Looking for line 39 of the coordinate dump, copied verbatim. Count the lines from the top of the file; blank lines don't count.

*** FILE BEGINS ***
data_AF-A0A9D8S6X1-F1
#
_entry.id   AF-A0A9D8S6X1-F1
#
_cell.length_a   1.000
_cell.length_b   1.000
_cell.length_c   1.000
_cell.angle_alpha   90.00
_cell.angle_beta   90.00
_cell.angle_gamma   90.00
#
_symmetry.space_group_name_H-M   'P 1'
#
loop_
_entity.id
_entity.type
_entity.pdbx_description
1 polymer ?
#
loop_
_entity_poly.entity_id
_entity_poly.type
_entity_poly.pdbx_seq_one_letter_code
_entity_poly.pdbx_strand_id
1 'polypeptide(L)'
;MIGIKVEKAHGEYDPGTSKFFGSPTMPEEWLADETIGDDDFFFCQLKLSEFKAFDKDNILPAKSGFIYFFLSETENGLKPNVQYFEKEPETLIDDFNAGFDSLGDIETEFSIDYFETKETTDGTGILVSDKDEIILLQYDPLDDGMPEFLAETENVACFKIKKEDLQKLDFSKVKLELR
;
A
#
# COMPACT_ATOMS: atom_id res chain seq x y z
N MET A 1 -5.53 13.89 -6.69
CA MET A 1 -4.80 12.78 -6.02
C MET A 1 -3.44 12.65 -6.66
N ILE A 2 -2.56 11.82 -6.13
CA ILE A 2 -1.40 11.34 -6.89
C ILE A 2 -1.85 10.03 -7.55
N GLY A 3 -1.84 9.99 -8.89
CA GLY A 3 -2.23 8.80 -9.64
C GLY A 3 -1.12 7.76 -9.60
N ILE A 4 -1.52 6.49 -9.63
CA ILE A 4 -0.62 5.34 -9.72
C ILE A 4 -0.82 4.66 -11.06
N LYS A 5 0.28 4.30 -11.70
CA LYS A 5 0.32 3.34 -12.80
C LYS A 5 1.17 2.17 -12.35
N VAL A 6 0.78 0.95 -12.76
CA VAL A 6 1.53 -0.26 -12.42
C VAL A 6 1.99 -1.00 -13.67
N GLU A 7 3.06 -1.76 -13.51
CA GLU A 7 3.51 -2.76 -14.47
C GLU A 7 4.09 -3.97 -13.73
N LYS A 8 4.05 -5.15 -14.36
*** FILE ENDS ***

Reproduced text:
C GLY A 3 -1.12 7.76 -9.60